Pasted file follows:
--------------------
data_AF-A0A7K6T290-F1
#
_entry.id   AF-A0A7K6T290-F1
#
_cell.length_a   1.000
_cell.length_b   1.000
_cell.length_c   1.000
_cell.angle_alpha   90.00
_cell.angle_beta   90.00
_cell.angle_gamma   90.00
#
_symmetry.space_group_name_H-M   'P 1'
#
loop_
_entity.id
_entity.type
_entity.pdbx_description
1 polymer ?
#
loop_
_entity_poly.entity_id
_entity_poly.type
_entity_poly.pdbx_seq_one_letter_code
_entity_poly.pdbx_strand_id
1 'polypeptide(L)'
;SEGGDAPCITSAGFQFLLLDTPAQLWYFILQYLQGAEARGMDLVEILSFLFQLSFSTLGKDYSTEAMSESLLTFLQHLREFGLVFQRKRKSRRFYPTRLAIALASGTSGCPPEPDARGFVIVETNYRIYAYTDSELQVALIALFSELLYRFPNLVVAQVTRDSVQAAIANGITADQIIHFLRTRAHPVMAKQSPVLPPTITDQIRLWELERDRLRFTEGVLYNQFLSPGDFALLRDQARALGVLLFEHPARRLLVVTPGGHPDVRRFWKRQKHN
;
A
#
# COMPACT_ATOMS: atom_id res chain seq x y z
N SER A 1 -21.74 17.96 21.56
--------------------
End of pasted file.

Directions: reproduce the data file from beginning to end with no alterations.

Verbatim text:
data_AF-A0A7K6T290-F1
#
_entry.id   AF-A0A7K6T290-F1
#
_cell.length_a   1.000
_cell.length_b   1.000
_cell.length_c   1.000
_cell.angle_alpha   90.00
_cell.angle_beta   90.00
_cell.angle_gamma   90.00
#
_symmetry.space_group_name_H-M   'P 1'
#
loop_
_entity.id
_entity.type
_entity.pdbx_description
1 polymer ?
#
loop_
_entity_poly.entity_id
_entity_poly.type
_entity_poly.pdbx_seq_one_letter_code
_entity_poly.pdbx_strand_id
1 'polypeptide(L)'
;SEGGDAPCITSAGFQFLLLDTPAQLWYFILQYLQGAEARGMDLVEILSFLFQLSFSTLGKDYSTEAMSESLLTFLQHLREFGLVFQRKRKSRRFYPTRLAIALASGTSGCPPEPDARGFVIVETNYRIYAYTDSELQVALIALFSELLYRFPNLVVAQVTRDSVQAAIANGITADQIIHFLRTRAHPVMAKQSPVLPPTITDQIRLWELERDRLRFTEGVLYNQFLSPGDFALLRDQARALGVLLFEHPARRLLVVTPGGHPDVRRFWKRQKHN
;
A
#
# COMPACT_ATOMS: atom_id res chain seq x y z
N SER A 1 -21.74 17.96 21.56